Dr. Kathy Maupin and Brett Newcomb discuss the current state of the medical industry and how it affects treatment of patients in need of hormone replacement.
To illustrate some of my frustration with the established medical specialties, I am going to identify some of the research articles that are published in their journals. These journals are controlled by the given medical specialty. They are OBGYN journals, Psychiatric Journals, and Endocrinology Journals. Each specialty does research on its particular interest and focus. Doctors in one specialty do not generally read or survey the journals of other specialties. They are professionally expected to read only the journals of their own specialty group.
The problem I face is that I practice in what is known as an “orphan specialty.” I am a sex hormone replacement specialist. This is an unrecognized (by the mainstream medical and insurance/pharmaceutical industries). We are seeking recognition because it will provide some legitimacy to what we do in the eyes of the other specialists. My work crosses the boundaries of all of these other specialists. I read their journals and seek information that relates to my work and to the health of my patients. I just wish more physicians would do the same thing.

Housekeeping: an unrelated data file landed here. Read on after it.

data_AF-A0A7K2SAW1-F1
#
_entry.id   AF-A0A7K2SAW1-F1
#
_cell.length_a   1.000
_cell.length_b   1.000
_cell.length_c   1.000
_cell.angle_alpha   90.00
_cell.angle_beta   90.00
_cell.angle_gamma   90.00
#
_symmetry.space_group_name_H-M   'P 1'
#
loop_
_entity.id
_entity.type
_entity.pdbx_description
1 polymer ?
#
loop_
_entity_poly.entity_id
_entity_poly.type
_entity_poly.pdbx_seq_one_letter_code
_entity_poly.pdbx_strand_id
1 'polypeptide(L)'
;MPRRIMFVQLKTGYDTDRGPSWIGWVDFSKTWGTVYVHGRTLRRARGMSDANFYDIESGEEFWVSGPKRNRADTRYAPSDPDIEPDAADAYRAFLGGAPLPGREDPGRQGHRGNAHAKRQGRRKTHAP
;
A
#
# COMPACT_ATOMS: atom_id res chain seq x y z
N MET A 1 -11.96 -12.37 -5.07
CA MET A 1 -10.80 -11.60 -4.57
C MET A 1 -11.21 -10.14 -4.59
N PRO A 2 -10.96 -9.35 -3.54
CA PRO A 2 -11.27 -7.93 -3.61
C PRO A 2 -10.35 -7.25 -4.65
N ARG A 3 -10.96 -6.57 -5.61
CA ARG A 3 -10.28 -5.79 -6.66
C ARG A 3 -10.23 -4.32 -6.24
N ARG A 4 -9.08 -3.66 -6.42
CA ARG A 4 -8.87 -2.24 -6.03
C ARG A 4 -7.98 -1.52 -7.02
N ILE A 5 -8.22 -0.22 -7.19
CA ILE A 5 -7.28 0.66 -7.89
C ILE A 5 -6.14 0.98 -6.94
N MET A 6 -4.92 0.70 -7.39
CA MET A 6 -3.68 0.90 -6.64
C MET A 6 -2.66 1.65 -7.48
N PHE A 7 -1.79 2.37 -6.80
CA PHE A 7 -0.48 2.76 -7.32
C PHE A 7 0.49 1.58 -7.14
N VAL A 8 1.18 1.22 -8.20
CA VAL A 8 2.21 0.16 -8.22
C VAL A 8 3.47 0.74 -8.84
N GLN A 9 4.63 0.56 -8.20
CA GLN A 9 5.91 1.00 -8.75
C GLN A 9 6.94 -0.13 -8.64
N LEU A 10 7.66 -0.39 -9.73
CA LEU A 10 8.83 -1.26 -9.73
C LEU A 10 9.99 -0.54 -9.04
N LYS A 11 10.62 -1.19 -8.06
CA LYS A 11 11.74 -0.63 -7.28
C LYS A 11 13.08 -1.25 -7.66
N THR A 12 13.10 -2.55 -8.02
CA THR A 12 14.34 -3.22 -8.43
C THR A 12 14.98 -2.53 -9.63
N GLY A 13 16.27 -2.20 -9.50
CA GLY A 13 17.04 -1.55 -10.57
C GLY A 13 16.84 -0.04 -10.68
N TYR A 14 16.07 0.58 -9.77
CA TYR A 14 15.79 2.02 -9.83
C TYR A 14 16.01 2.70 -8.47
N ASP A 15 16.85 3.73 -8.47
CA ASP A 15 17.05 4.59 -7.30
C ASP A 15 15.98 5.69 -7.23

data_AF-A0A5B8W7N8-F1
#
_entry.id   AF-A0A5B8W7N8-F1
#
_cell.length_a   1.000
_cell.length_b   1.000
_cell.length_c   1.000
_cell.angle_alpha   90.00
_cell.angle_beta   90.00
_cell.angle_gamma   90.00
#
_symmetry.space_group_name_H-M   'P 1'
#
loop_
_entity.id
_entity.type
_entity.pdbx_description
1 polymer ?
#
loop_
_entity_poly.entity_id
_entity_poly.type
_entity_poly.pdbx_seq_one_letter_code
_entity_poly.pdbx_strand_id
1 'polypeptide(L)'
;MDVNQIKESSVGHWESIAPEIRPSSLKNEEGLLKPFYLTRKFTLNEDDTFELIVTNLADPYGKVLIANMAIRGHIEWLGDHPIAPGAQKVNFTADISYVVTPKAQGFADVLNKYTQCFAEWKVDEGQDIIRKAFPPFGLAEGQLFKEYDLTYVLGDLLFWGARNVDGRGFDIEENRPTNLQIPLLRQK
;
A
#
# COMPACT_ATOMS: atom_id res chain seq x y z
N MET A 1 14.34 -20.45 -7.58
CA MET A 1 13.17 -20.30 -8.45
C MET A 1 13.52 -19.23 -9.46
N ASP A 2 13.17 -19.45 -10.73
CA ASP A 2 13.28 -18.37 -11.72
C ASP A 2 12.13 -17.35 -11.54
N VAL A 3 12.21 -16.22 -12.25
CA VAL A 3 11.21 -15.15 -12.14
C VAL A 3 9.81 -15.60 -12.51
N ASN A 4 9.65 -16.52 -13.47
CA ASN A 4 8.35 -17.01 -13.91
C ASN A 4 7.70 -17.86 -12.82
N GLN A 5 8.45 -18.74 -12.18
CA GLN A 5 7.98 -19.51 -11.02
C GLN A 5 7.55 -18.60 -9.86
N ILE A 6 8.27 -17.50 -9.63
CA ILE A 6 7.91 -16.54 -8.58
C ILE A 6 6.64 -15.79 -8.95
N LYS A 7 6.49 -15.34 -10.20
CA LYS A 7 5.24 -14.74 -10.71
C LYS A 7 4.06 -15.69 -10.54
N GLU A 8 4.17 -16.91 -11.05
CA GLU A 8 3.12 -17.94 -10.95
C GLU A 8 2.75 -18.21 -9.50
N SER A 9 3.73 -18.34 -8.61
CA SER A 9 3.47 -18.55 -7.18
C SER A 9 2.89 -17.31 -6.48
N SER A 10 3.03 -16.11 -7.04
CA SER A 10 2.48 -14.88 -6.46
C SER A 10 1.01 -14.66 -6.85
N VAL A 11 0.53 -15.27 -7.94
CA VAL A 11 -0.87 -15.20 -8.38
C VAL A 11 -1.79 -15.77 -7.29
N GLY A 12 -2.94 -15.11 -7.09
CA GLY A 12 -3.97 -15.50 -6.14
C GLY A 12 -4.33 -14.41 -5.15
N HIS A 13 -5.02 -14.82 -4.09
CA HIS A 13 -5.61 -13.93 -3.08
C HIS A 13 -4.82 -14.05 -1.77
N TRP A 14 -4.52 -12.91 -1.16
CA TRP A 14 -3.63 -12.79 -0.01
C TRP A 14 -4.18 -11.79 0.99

My patients are seeking relief from genuine symptoms and suffering from real ailments. I believe that if the medical establishment would identify these issues with a name, a “syndrome” of its own, and an assigned code number, it would become possible for my patients to receive the care they seek more readily and more easily. I have written a book to explain this case and to identify the “name” that I think would best fit the syndrome—TDS (Testosterone Deficiency Syndrome). If we could all accept that then it would help normalize what I do for the mainstream providers and help my patients receive modern appropriate and life-saving interventions while being accepted by the insurance companies and the medical system.
In this podcast, I provide examples of research that is unique to each Journal specialty and talk about the difference between these specializations and between “research physicians” and practicing clinicians such as myself.
My goal is to explain this to my patients and to other physicians so that all of us can work together to change the system and help my patients receive the health care that is best for their physical and emotional needs.